Her coiffed ponytail, untroubled blue eyes, puckered red lips, permanently arched feet — the best for wearing high heels! — and improbably lean figure wooed the world when she first introduced herself in 1959.
The Barbie doll captured the imaginations of girls while it played into late 1950s and early ’60s societal trends and culture. Over the past five decades, with her beauty and charmed life of designer gowns, pink Corvettes and a resume spanning more than 150 careers, Barbie remains a symbol of popular culture.
Barbie is not purely a toy. She is an icon. All icons — especially those that permeate every corner of culture — transmit a variety of messages. The doll represents the good and bad of American culture. Some see it as overtly sexual, shallow and materialistic; others see a toy representing the evolution of real-life feminine goals of independence, success and equality.
In Altered Barbie: Nobody’s Fool, 32 Oklahoma women artists alter Barbie or aspects of the Barbie brand in their work and, through various media, interpret Barbie and her place in society. Sponsored by Women Lead Oklahoma, the art exhibit and fundraiser is April 1 at Plaza District’s Kasum Contemporary Fine Art and is a spinoff from last year’s successful Altered Barbie Art Party.
Founded in 2015, Women Lead is a nonprofit that empowers and engages women, with emphasis placed on those systematically disenfranchised from the civic process.
“In engaging and empowering women, we pull back those barriers or perceived barriers that prevent women from getting engaged, involved and their voices heard,” said Kendra Horn, Women Lead executive director. “To do that, we question the ideas and stereotypes around icons.”
The Women Lead event comes just two months after the burgeoning movement to advance an agenda for women’s rights in Oklahoma and across the United States. While the role of women has changed drastically in recent decades, Oklahoma’s lack of progress on women’s issues in areas of health, economics, leadership and violence prevention is a black eye for the state.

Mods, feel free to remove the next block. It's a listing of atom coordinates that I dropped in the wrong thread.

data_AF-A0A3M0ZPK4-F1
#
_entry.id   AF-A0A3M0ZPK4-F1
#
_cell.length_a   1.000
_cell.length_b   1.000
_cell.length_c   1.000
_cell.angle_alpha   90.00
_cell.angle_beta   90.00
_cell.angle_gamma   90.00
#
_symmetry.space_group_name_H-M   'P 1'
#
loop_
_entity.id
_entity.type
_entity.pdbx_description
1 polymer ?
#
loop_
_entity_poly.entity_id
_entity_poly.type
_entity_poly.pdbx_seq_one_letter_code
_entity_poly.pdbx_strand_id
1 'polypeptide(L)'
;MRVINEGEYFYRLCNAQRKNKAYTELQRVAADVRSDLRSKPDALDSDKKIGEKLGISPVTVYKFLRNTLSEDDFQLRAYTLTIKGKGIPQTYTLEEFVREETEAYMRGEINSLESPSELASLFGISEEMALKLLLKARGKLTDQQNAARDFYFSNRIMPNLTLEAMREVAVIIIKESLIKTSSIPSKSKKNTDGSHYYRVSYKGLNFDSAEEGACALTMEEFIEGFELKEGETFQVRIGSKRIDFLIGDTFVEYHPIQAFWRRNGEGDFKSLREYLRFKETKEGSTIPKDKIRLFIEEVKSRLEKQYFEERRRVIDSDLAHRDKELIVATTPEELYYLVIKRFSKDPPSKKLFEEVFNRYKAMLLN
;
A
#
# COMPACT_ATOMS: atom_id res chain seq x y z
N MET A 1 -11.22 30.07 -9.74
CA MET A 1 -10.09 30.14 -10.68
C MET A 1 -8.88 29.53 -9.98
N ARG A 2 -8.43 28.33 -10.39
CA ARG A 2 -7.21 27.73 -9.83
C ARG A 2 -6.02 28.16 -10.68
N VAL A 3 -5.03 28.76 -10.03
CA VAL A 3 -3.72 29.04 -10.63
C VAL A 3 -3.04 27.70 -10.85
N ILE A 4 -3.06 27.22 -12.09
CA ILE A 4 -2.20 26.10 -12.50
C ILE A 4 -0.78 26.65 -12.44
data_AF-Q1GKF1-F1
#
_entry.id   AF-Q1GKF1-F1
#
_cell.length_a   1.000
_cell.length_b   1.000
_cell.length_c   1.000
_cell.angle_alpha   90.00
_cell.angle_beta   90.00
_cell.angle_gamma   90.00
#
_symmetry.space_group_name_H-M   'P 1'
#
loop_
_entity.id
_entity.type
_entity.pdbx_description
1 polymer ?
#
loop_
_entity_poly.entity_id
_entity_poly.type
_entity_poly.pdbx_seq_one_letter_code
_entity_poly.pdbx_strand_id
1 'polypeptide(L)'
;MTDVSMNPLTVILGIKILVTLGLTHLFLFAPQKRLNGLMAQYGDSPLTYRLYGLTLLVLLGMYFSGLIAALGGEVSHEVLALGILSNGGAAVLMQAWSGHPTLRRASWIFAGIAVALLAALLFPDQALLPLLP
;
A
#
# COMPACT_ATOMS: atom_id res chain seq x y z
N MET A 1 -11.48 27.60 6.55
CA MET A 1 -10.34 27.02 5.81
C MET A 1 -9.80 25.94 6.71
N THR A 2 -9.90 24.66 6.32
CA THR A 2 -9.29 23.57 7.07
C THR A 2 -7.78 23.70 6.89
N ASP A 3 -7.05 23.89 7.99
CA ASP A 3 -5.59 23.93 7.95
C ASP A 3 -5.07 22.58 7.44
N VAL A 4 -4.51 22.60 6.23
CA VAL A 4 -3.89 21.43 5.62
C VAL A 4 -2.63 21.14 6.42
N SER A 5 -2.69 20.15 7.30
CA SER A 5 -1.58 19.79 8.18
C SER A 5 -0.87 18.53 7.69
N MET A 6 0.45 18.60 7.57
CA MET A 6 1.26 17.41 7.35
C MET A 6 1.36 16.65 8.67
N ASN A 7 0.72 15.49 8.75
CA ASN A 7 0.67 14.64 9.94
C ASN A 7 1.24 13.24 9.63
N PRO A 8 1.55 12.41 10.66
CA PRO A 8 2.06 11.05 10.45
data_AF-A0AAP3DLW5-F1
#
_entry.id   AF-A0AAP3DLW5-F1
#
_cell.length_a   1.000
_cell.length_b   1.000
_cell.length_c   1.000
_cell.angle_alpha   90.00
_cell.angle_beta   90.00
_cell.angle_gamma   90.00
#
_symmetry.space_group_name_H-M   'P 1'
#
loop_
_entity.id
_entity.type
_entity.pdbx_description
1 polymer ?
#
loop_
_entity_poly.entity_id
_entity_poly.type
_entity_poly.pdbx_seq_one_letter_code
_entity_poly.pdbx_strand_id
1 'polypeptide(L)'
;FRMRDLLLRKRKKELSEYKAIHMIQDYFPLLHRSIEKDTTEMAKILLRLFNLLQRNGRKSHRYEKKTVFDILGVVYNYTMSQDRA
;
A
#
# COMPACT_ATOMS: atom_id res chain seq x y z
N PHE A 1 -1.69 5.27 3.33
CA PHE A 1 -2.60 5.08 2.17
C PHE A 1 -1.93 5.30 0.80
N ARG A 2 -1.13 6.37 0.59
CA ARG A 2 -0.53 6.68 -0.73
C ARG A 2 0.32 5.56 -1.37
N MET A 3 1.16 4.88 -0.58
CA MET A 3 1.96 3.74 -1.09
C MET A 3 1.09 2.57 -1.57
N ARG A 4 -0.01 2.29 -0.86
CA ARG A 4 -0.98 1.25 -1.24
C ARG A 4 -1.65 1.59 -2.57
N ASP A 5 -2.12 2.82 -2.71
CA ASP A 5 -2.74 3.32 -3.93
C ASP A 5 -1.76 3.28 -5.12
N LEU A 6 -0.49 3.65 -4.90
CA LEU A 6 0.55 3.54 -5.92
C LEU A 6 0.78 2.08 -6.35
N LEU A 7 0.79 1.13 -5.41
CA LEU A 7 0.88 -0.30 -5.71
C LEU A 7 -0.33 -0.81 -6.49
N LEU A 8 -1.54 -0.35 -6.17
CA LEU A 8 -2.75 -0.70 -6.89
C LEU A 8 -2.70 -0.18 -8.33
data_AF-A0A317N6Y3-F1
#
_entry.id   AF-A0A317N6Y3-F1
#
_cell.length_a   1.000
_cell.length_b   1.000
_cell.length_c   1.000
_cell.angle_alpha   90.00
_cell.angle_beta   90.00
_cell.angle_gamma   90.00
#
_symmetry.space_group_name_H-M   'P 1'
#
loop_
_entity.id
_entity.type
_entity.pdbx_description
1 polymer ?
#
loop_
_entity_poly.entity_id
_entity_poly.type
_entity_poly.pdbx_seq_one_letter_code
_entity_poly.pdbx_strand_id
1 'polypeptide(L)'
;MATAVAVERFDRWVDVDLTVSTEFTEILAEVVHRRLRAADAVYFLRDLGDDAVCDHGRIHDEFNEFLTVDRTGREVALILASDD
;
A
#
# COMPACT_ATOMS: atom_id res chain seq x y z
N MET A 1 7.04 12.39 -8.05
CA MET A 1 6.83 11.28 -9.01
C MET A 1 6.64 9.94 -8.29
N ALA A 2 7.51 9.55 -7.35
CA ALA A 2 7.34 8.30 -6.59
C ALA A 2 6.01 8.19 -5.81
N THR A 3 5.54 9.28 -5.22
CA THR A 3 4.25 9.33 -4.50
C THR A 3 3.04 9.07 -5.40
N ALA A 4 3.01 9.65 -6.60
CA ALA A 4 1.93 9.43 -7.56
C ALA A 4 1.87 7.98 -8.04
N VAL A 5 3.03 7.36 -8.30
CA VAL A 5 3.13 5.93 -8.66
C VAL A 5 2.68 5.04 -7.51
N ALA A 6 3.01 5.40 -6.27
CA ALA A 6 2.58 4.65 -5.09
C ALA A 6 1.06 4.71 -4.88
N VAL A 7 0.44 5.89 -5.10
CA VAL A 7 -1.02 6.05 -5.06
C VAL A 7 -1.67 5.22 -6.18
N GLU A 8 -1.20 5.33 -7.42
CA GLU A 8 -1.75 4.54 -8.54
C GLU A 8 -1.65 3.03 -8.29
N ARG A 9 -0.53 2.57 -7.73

In January, thousands of women and allies marched around the Oklahoma State Capitol, sending a message to state lawmakers to pass women-friendly policies. Out of this context, Altered Barbie: Nobody’s Fool turns to Oklahoma’s women artists and their message. These artists contemplate and challenge cultural narratives, play with imagery and evoke emotion in ways traditional politicking and community advocacy can’t.
Here, Barbie takes the stage.
“We imagined a creative collaboration with the art community in ways not yet thought of — new formats and alliances to reach out to our audiences with a powerful visual message,” Women Lead board member and artist Lynette Mathis told Oklahoma Gazette. “The match of Barbie plus Women Lead works quite well for us. You might say that, together with these talented artists, we’re reclaiming and repurposing Barbie for a new era.”
It didn’t take long for artist Stacey D. Miller and Tony Morton, the husband-and wife duo behind Kasum, to embrace the concept of artists altering Barbie as a means of reflecting on current society.